I’ve been spending a lot more time outside the apartment lately. I feel restless and impatient to see and hear and learn as much as I can. But I can only walk around the town for so long until I have to sit down and actually do something productive like write a poem or read a book. There are hundreds of little restaurants I could stop at, but sometimes I don’t want to eat, I just want to sit back and watch the traffic and listen to the car horns and watch the people wearing their medical masks and drifting by on their bikes. Sometimes what I really need is a nice quiet cafe and a cup of coffee.
I never thought I’d find a real American style cafe in this little Chinese town. Not a “real” American cafe, complete with the sound of a coffee grinder, the smell of steamed milk, wireless internet, sandwiches and pastries. Surely not in podunk Pizhou, where chicken sandwiches are mistaken for hamburgers, and traffic lights are less than suggestions.
I’m happy to report I was wrong. Fuwa Bakery is less than a ten-minute walk from my apartment, and it has almost everything an American cafe would have: espresso, wireless internet (although I may be mooching off the hotel next door), and even a rough and very Chinese version of a sandwich. Even better, the baristas are willing to help me with my Chinese as long as I help them with their English.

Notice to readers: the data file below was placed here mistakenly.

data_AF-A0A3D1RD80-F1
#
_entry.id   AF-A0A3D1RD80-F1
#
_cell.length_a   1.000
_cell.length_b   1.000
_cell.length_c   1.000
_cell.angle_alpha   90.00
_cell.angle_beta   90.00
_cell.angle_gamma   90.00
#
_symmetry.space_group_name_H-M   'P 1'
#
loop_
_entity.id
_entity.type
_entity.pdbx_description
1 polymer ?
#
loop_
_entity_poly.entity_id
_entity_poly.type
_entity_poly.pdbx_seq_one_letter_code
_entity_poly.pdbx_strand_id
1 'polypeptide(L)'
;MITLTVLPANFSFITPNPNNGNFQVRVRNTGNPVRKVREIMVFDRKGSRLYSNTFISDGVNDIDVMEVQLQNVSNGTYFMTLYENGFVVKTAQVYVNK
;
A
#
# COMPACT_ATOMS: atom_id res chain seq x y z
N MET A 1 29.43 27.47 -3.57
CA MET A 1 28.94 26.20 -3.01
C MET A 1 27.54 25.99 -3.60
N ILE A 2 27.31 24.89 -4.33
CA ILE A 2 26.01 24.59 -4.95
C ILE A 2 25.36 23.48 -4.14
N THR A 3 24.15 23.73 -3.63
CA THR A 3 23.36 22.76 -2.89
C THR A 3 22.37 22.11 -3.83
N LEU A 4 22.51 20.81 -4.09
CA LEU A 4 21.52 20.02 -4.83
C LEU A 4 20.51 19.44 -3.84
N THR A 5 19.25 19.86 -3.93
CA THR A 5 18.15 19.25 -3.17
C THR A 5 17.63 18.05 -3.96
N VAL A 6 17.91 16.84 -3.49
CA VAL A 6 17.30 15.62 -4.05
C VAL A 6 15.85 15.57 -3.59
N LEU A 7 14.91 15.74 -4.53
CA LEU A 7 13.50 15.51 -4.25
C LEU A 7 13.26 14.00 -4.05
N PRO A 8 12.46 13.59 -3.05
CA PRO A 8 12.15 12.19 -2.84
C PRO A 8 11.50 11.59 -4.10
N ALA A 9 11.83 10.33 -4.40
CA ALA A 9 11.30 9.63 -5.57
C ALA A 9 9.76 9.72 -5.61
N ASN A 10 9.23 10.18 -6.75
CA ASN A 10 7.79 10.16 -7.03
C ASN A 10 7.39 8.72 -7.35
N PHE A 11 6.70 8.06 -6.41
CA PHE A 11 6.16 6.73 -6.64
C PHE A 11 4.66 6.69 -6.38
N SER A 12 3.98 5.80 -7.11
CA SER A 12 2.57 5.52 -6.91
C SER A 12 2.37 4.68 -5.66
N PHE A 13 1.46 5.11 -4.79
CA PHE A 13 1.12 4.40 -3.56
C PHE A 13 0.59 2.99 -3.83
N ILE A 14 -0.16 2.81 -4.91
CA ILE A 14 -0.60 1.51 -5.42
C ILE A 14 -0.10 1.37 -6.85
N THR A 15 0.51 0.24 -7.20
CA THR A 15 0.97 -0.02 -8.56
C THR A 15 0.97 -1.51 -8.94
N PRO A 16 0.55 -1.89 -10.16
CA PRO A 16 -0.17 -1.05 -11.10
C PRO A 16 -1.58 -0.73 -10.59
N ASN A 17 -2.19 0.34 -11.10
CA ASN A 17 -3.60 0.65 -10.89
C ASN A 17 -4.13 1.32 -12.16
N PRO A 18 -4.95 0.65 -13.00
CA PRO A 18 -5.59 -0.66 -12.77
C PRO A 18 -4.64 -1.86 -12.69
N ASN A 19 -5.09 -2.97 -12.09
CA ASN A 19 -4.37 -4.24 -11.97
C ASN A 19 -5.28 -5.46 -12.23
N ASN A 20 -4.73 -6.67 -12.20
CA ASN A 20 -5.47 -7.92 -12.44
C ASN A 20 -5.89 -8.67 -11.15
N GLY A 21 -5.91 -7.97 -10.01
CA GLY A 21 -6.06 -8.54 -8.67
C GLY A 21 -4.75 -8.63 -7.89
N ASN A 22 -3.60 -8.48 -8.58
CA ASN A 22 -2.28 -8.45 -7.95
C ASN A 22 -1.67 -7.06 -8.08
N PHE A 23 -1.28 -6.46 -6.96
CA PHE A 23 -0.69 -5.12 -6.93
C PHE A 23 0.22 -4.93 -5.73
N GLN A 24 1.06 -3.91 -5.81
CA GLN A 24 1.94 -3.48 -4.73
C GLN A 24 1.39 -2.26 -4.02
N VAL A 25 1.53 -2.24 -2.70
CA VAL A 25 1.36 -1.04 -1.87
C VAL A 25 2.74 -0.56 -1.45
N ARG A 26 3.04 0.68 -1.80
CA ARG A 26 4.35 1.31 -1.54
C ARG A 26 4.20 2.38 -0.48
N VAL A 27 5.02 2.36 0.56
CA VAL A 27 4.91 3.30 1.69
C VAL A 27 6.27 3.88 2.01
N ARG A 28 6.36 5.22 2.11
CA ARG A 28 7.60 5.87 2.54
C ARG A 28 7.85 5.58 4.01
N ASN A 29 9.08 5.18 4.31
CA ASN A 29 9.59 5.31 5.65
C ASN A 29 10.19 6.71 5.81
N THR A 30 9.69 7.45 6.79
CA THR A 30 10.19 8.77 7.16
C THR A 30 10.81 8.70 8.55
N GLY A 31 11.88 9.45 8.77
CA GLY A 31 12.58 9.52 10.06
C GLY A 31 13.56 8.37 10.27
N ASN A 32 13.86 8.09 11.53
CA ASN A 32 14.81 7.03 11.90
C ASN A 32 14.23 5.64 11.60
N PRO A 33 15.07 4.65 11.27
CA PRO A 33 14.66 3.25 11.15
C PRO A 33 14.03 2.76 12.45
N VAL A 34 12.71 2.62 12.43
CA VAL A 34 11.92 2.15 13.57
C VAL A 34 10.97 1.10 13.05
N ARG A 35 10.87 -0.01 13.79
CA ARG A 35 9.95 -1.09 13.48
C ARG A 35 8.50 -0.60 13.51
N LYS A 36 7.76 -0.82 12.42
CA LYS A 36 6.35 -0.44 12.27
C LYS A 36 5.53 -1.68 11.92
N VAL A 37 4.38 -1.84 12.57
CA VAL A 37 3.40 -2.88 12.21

What makes the place great isn’t just the coffee, and it isn’t the wireless internet. It’s the people who visit the place. The people who want to speak English, who teach me Chinese, who smile and hand me my change. It’s the sound of Chinese conversation bouncing of the tile floor and walls. Ash trays on the tables, Chinese music seeping from the ceiling, red lanterns hung for luck above the front doors, red ribbons painted on the windows. The cafe is American, but not too American. I will come as often as I can. I will be here at 8:30 every morning, as soon as they open. I will stroll up to the counter and say “wo xiang yao yi bei zhou pai kafe” which means “I would like a cup of zhou pai coffee,” or loosely translated “I would like a small cup of home.”